It’s Thursday at 12 p.m. and the sun is singing, “Hello Denise!” My black suitcase from Marc’s is packed and in my trunk, and I am ready to roll. My husband, sons, and I are headed to Williamstown, Kentucky, to avoid the Fourth of July here. Here, where there are just as many fields as there are houses. Signs of alcohol sales illuminate the stores windows. A disheveled man asks for money as I wait for the traffic light to change. Glenville—once a thriving community reduced to survival. The gloom around me increases my desire to escape. We have a weekend planned of fishing, playing Mega Bloks, and enjoying ourselves. I have completed my master’s degree and deserve peace. Oh, how I live for our getaways!
Sometimes, in my community, I feel like I am a yellow feather among cactus. I want to soar and enjoy life amidst the chaos all around me. My husband prays for a safe trip as we exit the driveway. A Whodini song radiates the car speakers as our three-year old son recites his ABCs. Three hours later, he is still reciting his ABCs. His voice resembles a melodic bird. I glance at my husband and notice he has drawn a picture of me on his doodle board. I feel such joy in the moment! Relishing bluegill fishing, mesmerized by the blue sky as I am stretched out in my tent. Should I move to the country?
The return home prompts an exit onto MLK Boulevard and down the side street. I fixate my eyes on the first boarded up home. Why did the person write his gang name so largely on it? Don’t my neighbors have cars? If so, why am I haphazardly avoiding broken glass. Is that guy going to shoot? Why doesn’t someone do something! Living in my community has plastered the significance of deciphering between fireworks and gunshots. Living in my community has taught me to use multiple locks on my doors and survey which window can safely permit a summer’s breeze while keeping an intruder out. It can be a prison, yet I have not committed a crime.
Yet, if you shift your lens and slow down, just a bit, you just may find enjoyment looking at the community gardens in this lead paint filled food dessert. I immediately notice the meticulous lawn and shiny beige paint on a particular house. The patio furniture looks inviting, and I wonder who lives in this gem amid Glenville. Even during the transition, new construction brings homes to the neighborhood. Businesses take their chances in Glenville, as they open on East 105th. Some mornings, when all is quiet, I ride my bike down on East Boulevard. I watch my neighbor pull weeds from her yard as her grandson loads the grill with charcoal for their family gathering. She yells to me that she has my mail, and I say thanks. She has lived in this community for over fifty years. A man walks his dog and asks how my day is going. I once stopped my car to let the teens retrieve their basketball that had rolled in front of it. The makeshift hoop did not bother me, as they could have been doing something negative. This is Glenville—a community that has seen wealth and despair. A community that has watched banks leave, churches downsize, and people move into the suburbs. A community that has limited recreation for youth.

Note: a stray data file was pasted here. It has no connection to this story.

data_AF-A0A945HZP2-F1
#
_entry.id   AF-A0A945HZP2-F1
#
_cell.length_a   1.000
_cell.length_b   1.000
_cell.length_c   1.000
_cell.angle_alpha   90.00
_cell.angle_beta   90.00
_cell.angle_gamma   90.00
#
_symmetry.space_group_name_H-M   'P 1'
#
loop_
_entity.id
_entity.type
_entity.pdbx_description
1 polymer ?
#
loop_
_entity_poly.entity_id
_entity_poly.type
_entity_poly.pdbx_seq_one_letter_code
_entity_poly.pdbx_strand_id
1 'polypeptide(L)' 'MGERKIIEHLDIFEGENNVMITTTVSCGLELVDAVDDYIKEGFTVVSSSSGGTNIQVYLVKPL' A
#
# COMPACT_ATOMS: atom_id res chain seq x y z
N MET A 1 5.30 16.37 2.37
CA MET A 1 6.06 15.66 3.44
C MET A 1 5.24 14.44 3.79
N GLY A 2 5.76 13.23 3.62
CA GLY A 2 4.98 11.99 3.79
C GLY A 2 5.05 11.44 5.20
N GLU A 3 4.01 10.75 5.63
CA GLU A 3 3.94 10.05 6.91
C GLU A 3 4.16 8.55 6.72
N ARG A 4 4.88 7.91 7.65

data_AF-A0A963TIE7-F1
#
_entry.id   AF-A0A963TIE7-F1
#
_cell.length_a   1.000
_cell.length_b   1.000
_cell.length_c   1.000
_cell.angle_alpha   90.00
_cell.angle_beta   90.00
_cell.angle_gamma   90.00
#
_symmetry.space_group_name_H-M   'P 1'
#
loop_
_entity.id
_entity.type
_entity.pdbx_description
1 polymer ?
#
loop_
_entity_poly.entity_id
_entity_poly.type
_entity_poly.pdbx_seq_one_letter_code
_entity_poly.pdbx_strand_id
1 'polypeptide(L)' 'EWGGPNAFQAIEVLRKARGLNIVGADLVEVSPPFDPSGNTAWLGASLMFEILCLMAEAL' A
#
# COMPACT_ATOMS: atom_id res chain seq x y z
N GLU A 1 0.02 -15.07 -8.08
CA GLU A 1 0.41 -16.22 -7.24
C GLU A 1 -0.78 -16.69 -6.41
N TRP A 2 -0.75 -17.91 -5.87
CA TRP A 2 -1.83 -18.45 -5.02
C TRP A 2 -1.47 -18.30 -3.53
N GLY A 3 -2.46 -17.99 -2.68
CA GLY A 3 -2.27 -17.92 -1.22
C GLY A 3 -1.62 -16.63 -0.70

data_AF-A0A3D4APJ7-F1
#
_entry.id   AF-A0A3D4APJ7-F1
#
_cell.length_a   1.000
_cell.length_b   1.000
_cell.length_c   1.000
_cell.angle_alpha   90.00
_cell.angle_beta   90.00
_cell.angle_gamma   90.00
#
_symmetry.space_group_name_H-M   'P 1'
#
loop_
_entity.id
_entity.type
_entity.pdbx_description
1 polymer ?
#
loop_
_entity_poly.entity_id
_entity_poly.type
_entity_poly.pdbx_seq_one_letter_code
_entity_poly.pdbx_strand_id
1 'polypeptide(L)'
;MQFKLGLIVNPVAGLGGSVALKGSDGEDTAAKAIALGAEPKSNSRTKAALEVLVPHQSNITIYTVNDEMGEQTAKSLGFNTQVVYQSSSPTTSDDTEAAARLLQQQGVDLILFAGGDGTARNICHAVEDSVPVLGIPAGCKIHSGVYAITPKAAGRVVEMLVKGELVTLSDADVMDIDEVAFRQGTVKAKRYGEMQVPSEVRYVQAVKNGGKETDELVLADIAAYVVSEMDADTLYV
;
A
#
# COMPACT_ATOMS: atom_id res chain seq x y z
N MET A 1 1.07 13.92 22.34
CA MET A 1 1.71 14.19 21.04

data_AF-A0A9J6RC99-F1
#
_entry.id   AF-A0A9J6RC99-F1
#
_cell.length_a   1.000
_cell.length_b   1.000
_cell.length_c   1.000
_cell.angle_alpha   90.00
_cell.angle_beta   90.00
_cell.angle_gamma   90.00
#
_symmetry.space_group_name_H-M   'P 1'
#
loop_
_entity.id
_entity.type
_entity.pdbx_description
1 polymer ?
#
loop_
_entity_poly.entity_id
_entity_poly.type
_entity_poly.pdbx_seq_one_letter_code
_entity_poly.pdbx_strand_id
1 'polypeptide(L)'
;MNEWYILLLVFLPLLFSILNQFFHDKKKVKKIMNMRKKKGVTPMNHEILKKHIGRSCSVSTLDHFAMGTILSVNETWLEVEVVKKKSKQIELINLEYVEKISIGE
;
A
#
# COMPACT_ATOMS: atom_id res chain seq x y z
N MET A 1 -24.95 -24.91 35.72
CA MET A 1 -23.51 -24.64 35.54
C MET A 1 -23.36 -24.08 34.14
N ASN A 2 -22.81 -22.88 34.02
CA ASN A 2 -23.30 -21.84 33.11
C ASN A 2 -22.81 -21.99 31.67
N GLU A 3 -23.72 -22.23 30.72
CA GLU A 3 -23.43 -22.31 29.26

Glenville, the community that once drew people from all over for its beauty. Its flames have gone out. There is little sense of a community, but this is still my community. It holds the church where I was baptized. The Cultural Gardens welcome people from all over. Lake Erie is a short drive away, connecting us to Canada. Some of my neighbors remember the old Glenville and keep the same standards of respect. Others live for the moment. Creators of their own venom. Familiar faces decrease. Gentrification. What is the answer?
Denise Monique resides in Glenville with her husband and children. She is a graduate of Cuyahoga Community College, Cleveland State University, and Case Western Reserve University. Denise is a licensed social worker and loves to travel as much as possible. Each year, she travels to a place she has never been before. Other hobbies include reading, sometimes as much as a book a day. Growing up, Denise often won the libraries summer reading club recognition for having read the most books. Her nickname was One-Hundred due to her educational efforts. Her dad gave her his own nickname of Squirrel, as she was a tomboy, growing up, and could be found in a tree most days. Denise Monique is the author of Despite My Odds: A Memoir, which was released earlier this year.
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